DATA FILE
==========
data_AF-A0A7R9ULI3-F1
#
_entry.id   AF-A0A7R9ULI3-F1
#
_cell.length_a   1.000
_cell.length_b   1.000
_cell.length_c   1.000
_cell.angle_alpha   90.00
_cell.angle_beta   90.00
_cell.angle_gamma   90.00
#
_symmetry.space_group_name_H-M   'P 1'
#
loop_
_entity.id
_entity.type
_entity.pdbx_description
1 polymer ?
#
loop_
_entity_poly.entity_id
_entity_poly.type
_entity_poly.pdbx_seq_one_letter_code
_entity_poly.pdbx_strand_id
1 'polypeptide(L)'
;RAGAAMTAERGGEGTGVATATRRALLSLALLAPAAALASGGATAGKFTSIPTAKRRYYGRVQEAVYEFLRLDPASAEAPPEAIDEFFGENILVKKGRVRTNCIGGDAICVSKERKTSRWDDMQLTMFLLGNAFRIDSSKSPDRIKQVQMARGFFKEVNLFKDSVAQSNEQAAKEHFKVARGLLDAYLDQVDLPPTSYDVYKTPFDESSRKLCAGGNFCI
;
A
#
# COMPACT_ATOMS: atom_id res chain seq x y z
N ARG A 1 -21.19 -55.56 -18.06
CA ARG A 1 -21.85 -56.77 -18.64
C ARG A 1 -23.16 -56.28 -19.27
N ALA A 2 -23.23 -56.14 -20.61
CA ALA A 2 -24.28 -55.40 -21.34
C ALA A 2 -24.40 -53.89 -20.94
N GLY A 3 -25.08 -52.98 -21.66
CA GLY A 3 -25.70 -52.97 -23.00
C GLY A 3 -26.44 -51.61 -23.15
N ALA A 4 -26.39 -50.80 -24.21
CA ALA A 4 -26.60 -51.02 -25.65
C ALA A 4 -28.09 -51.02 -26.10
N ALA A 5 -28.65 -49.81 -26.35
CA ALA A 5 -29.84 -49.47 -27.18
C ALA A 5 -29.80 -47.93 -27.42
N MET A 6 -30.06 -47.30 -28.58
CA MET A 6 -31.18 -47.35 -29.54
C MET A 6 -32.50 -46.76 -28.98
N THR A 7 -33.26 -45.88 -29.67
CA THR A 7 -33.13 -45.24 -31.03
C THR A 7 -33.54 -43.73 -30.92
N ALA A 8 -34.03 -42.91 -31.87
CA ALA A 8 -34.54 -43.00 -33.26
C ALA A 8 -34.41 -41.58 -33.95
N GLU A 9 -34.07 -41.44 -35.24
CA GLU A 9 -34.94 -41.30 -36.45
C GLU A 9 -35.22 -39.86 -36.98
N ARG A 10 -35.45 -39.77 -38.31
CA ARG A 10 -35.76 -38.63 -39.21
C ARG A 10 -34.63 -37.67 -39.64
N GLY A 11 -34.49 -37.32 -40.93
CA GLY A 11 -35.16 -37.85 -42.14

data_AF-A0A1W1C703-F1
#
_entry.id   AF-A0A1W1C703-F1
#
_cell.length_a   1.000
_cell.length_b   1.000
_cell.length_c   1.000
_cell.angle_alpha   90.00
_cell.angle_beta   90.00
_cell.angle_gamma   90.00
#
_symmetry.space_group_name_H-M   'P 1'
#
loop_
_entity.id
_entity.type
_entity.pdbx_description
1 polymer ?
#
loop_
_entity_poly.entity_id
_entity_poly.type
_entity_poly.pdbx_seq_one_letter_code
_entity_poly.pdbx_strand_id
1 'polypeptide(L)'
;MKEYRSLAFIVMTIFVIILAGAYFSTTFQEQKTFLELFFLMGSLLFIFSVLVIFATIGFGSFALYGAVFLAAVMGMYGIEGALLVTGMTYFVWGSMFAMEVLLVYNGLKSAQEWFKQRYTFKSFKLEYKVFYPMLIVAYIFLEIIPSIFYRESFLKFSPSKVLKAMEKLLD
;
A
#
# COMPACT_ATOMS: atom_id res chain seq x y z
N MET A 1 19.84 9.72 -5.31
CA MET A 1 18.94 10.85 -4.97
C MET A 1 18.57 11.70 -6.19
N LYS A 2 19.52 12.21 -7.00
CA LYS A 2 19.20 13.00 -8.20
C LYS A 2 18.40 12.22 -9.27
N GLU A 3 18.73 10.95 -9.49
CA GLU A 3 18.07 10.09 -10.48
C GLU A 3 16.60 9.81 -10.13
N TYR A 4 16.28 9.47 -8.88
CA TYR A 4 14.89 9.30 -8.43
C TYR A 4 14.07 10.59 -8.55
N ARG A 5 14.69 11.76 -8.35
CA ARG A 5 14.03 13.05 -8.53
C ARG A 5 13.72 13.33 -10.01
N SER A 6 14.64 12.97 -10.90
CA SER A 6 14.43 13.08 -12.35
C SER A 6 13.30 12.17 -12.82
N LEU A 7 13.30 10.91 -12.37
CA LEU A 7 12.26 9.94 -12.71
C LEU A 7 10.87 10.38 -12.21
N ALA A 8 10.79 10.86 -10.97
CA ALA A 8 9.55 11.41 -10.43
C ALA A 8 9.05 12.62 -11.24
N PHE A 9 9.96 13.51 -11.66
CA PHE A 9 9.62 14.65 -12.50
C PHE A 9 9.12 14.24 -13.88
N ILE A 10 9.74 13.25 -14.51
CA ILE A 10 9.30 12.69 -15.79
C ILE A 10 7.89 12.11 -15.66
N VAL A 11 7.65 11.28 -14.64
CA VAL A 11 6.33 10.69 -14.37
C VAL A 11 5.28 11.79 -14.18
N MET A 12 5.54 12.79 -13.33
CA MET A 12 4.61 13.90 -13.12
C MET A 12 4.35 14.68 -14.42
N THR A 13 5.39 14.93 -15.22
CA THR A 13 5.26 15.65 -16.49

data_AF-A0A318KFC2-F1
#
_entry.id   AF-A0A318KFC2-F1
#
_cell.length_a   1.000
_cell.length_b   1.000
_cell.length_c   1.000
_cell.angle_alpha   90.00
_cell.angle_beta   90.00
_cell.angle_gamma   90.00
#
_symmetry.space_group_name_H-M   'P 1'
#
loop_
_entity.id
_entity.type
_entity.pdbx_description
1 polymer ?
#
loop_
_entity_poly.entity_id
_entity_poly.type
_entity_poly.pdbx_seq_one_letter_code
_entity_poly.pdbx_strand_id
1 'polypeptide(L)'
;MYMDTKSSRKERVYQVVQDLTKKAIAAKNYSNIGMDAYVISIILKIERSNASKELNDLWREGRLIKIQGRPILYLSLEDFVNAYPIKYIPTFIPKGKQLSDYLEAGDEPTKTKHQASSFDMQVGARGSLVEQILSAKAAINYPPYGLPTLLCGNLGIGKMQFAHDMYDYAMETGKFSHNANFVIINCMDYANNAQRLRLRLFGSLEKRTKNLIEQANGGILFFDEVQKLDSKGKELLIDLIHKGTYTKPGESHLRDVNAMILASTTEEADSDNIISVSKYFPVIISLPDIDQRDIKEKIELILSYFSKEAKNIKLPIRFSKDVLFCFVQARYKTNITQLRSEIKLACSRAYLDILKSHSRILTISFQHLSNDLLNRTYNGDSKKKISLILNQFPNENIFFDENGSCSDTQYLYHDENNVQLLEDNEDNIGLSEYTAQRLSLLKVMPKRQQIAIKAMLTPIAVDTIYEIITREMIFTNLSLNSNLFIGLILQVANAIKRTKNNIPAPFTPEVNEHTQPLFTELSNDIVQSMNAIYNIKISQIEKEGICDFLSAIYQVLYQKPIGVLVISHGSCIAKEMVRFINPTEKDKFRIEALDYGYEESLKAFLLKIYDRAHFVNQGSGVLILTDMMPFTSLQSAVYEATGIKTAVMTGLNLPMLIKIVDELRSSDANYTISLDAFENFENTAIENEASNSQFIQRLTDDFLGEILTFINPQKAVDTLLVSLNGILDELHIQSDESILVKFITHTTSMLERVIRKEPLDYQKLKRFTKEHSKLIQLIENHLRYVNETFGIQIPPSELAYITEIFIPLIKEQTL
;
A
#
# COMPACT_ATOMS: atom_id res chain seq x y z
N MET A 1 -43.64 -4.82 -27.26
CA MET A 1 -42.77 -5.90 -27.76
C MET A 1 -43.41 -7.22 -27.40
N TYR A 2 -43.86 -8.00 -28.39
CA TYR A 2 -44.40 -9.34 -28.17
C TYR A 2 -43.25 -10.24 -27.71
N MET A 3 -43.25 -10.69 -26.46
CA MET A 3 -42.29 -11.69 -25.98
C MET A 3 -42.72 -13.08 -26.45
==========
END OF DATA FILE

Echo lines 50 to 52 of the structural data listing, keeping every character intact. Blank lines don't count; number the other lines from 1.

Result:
CA THR A 7 -33.13 -45.24 -31.03
C THR A 7 -33.54 -43.73 -30.92
N ALA A 8 -34.03 -42.91 -31.87